Martijn Wilder, who until recently and for the past 20 years was head of Baker McKenzie’s global climate change practice, has partnered with London-based investment banker Tony O’Sullivan to launch Pollination, an investment and advisory firm dedicated solely to energy transition.
The decision to establish the firm “arose out of the observation that there was a tremendous amount of capital being allocated towards both climate change finance and broader green, ESG investment, but a lot of the money wasn’t necessarily flowing into the solutions”, Wilder, who was also a founding director of Australia’s Clean Energy Finance Corporation, told Infrastructure Investor in an interview.
Pollination comprises five business lines, including a merchant banking division, a non-profit organisation and a venture capital unit. At its core, though, are its advisory arm, Breakthrough Advisory, and its infrastructure investment platform.
“Through our Breakthrough Advisory arm, we’re working in assisting governments with their transition,” Wilder explained. “These governments that have legislated, for example, to be net zero [emissions] by 2050 will need to change entire economies within the next 30 years; that’s trillions of dollars of economies changing in a relatively short period of time.”
Tony O’Sullivan, the firm’s other co-founder, who previously served as head of investment banking at Lazard in Sydney, adds: “Having Breakthrough Advisory as an integral part of Pollination enables us to look around corners and find highly scalable investible propositions that we believe others simply cannot see.”
The firm is also advising corporates, such as multinational BHP and New Zealand’s The a2 Milk Company, as well as private equity firms as they and their portfolio companies need to comply with mandatory climate reporting and ESG criteria.
On the investment side, the firm will seek to raise $3 billion across its infrastructure platform as well as $1 billion for co-investments. It will target investments in Asia-Pacific in both developed and emerging markets, in many of which, according to O’Sullivan, the middle class is experiencing double-digit growth and urbanisation is steadily increasing.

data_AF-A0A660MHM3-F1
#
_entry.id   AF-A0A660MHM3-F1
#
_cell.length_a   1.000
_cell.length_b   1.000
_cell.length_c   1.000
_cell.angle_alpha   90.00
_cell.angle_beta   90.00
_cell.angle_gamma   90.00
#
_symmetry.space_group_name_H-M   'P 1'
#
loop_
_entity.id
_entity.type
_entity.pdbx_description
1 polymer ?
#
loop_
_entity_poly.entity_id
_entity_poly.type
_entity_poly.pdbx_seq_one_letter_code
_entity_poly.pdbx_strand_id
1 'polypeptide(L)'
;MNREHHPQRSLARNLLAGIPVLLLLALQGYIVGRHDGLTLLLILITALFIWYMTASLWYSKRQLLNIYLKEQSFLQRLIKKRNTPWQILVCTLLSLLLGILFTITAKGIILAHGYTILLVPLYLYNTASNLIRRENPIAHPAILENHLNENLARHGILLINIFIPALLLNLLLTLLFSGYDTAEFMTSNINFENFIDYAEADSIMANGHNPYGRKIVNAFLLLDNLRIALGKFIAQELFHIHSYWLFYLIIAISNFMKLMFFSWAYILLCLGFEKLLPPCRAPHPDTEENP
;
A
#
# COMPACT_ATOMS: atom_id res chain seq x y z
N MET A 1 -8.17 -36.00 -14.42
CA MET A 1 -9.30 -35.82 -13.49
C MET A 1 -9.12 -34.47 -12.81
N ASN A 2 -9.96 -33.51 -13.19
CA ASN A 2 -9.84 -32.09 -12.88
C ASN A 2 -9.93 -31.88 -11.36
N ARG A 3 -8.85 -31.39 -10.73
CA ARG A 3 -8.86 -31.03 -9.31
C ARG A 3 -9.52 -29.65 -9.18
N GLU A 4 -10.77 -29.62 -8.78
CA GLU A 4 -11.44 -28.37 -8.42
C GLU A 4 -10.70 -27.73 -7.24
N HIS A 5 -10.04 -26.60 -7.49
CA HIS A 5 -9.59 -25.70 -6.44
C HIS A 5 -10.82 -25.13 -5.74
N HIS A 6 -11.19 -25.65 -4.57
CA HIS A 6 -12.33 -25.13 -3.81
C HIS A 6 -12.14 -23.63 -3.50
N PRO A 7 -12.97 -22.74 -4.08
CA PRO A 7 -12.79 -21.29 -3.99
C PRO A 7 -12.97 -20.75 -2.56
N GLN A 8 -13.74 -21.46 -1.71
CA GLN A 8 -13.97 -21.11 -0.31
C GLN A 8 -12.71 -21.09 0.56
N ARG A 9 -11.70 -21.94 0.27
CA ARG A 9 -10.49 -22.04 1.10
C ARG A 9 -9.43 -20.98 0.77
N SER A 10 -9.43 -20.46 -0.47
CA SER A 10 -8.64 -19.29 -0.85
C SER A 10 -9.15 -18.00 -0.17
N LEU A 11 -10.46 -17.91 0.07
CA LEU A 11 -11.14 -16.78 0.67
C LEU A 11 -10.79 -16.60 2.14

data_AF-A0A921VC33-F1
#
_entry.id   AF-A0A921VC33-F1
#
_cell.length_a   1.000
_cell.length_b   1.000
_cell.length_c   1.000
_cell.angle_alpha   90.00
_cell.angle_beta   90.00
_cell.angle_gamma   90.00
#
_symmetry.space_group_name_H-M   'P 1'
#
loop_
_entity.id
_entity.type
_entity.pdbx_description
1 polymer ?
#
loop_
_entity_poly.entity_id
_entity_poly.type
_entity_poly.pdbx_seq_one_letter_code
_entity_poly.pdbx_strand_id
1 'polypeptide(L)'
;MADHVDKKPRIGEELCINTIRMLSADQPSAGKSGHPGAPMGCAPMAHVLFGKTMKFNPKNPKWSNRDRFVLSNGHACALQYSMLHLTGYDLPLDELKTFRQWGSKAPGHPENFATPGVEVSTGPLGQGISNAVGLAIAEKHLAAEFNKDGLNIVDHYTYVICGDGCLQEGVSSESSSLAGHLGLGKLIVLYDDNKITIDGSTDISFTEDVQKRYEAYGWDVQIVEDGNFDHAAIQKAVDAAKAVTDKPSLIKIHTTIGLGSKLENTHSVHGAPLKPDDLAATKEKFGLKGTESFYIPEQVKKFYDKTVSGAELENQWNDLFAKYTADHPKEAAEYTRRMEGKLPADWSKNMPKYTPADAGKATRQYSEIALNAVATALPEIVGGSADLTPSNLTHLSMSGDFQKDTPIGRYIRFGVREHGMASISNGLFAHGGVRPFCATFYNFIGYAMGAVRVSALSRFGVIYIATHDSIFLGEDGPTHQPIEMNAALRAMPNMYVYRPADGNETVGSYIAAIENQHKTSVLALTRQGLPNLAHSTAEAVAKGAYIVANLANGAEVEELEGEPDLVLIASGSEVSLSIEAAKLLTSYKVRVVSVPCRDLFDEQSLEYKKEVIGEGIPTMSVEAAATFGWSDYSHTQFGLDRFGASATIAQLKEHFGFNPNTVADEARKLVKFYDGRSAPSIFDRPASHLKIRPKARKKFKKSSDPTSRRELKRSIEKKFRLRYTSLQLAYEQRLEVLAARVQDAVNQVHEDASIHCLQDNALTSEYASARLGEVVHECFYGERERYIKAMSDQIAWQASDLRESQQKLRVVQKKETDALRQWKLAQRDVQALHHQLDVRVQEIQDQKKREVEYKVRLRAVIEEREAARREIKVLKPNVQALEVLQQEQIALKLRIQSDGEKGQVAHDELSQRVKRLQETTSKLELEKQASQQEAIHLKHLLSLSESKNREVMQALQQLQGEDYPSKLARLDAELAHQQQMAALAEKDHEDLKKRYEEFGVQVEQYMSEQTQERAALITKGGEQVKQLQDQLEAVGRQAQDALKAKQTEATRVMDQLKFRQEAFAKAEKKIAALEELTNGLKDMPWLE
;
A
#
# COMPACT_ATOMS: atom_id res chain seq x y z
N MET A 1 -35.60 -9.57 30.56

In addition to infrastructure, the firm will have a strong focus on investing in the protection of natural capital, one of the two areas – water security being the other – it considers to be critical from both a societal and economic perspective. That includes safeguarding reefs, forests and mangroves, for example, as well as investing in climate-smart agriculture.
Initially, the firm considered raising capital for three funds – Transformative Infrastructure, Digital Infrastructure and New Climate investment – but it may change course in order to have greater flexibility.
“You can have the rigidity of silos such as digital infrastructure, renewable energy and that sort of thing,” O’Sullivan remarked. “But, having already had some preliminary conversations with some very big pension plans and sovereign wealth funds, we think there may be scope to have something more akin to a climate tactical opportunities fund.”
According to Wilder, in order to drive large-scale investment into transformative infrastructure it’s very important to have a much more holistic approach. “This is why we brought a group of very skilled individuals from across the following areas: law, public policy and corporate finance and investment, with engineers to be added over time as well,” he said.
Other members currently rounding out the Pollination team, include chair Rob Jesudason, former chief financial officer of Commonwealth Bank of Australia; and senior partner Patrick Suckling, who was most recently Australian Ambassador for the Environment.
The firm has also attracted some leading finance experts as senior advisors. They include: Christof Kutscher, global chair of AXA Investment Managers; Sam Mostyn, chair of Citi Australia; and James Cameron former founder of green merchant bank Climate Capital and former member of the UK Prime Minister’s Business Advisory Group.
Pollination currently has offices in London, Sydney and New York.